The NSX was Honda's first attempt at building a supercar and was dubbed by many, the Japanese Ferrari. Based on its design, the automobile was considered exotic by many. With a mid-engine layout and superior handling capabilities, the NSX was engineered with the prowess of showcasing Honda's superior race technology. Powered by a 3.0L, DOHC, 24-valve, V-6 engine mated to a five-speed, the Honda NSX was regarded as the most exotic vehicle to ever be produced in Japan. With superior attention to craftsmanship, each NSX was hand-assembled by a special team of technicians at a dedicated factory in Tochigi. With the Tochigi plant producing 25 vehicles per day at a cost of $65,000 to build, the NSX was labeled as the most expensive Japanese car in history at the time.

With all the hype and attention that the NSX offered to the general public, the 270hp VTEC machine enjoyed a limited run in the U.S. from 1991 to its abrupt end in 2005. As a testament to the NSX's engineering and technological advancements, the vehicle has remained unchanged with only minor revisions during its production cycle from 1991 to 2001. From 2002-2005, the NSX received aero enhancements in the way of a redesigned front bumper, headlight revision, lower stance side skirts with door caps, lower rear bumper and small trunk lip spoiler. Even with these various minor changes to the exterior, none were as noticeable or as impacting as the aerodynamic modifications on the '02 NSX Type-R.

Various under panels and aerodynamic modifications were added to the second-generation NSX Type-R to create more downforce, minimizing parasitic drag and improving overall high-speed stability. Independent track testing has shown the Type-R's aggressive rear spoiler, hood vents and rear diffuser have improved its handling capabilities over previous NSX models and higher-powered vehicles on the track without horsepower improvements. The only setback found in the Type-R is the very limited production of NSX-R's produced in Japan; these parts were never available in the U.S. To say that getting their parts is difficult is definitely an understatement.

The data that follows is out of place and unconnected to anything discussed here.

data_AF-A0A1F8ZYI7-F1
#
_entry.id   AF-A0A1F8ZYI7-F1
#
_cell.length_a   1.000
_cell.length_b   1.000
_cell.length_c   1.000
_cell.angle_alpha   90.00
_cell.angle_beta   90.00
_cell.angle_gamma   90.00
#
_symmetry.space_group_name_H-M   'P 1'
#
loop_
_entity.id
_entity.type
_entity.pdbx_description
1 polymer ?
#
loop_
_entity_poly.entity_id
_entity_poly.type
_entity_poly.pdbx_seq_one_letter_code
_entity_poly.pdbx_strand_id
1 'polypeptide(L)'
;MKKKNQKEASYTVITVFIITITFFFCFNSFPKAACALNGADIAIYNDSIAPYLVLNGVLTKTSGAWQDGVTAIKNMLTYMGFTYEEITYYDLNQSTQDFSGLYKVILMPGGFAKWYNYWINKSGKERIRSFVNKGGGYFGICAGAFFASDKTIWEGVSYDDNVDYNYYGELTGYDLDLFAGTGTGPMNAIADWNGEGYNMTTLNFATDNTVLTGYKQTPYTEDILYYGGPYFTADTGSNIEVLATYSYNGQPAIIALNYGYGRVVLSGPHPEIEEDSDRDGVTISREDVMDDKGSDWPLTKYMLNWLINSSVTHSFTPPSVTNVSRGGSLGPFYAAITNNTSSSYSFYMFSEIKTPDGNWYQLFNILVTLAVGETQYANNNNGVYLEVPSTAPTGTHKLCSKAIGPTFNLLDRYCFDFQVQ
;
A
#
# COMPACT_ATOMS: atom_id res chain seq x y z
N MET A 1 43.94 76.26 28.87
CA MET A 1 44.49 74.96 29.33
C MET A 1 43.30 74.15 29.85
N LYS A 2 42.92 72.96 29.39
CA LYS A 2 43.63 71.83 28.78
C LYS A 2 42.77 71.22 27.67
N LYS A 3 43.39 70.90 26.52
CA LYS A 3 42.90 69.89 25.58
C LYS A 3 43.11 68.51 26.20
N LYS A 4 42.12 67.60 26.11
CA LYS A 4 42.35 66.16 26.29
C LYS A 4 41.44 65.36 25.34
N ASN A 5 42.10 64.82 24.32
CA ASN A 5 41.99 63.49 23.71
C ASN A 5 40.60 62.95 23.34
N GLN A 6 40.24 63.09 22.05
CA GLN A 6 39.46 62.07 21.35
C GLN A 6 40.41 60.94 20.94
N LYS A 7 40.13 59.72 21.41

Downforce, located in Orange, Calif., was our answer to improving our '98 Acura NSX's aerodynamic dilemma. Downforce has a reputation in the Acura community as specialists in carbon-fiber fabrication and manufacturing for the NSX. Downforce offers a full under tray package consisting of a front bumper under tray, aluminum battery tray, fuel tank cover and rear diffuser. The idea of having a better flow on the bottom of the car is to create two separate pressure zones. Ideally, if you want to have more downforce without raising the coefficient of drag you can design the car to work like an upside-down airfoil (airplane wing). When air hits the top of the car, it flows slower over the top compared to the bottom. Naturally, the air from the top wants to equalize the bottom (lower or negative pressure) so it squeezes the car down into the ground. This doesn't increase the drag; therefore, this is the most efficient way to create downforce without losing top speed power. Spoilers are becoming more dated because they aren't efficient and do more for fashion rather than performance. While spoilers can offer tremendous downforce, they also produce a lot of drag that will affect your fuel consumption, top speed, acceleration, etc. "Many people think that leaving the tailgate down on a pickup truck will reduce drag and improve fuel efficiency," says Peter Chou, owner of Downforce. "This is the exact opposite. By lowering the tailgate it will allow the high- and low-pressure air to create an excess amount of turbulence and this is parasitic drag."